One continuing disappointment is that the series never really much explores its pirate cast. We get more details about the backgrounds and behaviors of Yacht Club members Rin and Jenny and get some good insight into new member Ai, a tiny but quite capable girl who, along with Chiaki's father, is the most interesting new addition to the cast. We get further insight into why “Blaster Ririka” was such a highly-regarded pirate and see her move on with her life, further tidbits about Chiaki, and of course more development of Marika, who may seem a little too competent at times but shows just enough flaws to be credible and impresses with her dauntless attitude in the face of challenges. About the Bentenmaru pirates, though, we learn little. We find out singular facts about most of the bridge crew - that one collects plushie bears, another has an identical twin, another hides her true beauty behind normally-frumpy apparel, another doesn't care about anyone but herself, and another has the nickname “Bloody” associated with her – but that's it. Tantalizing hints are dropped about additional stories to be told here but they are never addressed in detail.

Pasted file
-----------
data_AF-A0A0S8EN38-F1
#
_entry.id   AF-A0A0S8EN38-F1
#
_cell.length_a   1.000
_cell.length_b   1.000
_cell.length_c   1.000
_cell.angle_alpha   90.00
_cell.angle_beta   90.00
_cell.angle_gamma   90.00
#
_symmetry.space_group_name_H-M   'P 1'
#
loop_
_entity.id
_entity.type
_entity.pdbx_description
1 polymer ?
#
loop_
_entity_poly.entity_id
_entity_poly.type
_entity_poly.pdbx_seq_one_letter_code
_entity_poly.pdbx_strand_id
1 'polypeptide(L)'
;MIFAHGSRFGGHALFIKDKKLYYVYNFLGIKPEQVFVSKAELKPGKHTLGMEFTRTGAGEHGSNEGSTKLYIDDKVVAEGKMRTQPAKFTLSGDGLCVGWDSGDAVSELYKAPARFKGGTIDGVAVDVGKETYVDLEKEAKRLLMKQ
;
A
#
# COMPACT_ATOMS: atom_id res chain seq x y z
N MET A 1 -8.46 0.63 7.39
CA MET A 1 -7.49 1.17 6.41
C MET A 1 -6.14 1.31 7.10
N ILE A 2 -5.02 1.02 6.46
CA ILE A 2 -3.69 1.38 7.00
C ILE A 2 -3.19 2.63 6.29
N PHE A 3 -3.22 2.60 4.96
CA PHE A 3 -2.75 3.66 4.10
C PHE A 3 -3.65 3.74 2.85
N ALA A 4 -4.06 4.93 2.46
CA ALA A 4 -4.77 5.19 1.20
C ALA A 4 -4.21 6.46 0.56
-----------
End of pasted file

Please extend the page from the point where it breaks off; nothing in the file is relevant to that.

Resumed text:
The artistic standards set by the first half largely remain intact, although this half shows a greater propensity to allow an occasional quality control slip. CG-heavy renditions of the space battles are dynamic, good-looking affairs, and CG ships even actually show damage when they have been through the ringer. (This has been a common failing of CG-created vehicles in anime over the past 15 years.) Some of the designs for new pirates are more than a little kooky, although Chiaki's father impressively looks the role, and the new girls fit in appropriately. While the cosplay costumes are a little much for the first of these arcs, other outfits – such as a business suit that Marika wears at one point and her form-fitting, pirate-themed spacesuit – are quite dashing. Animation is generally good and the only hint of fan service is the occasional sexy apparel worn by a couple of characters. Even with that, though, few anime treat their female cast members more tastefully than this one.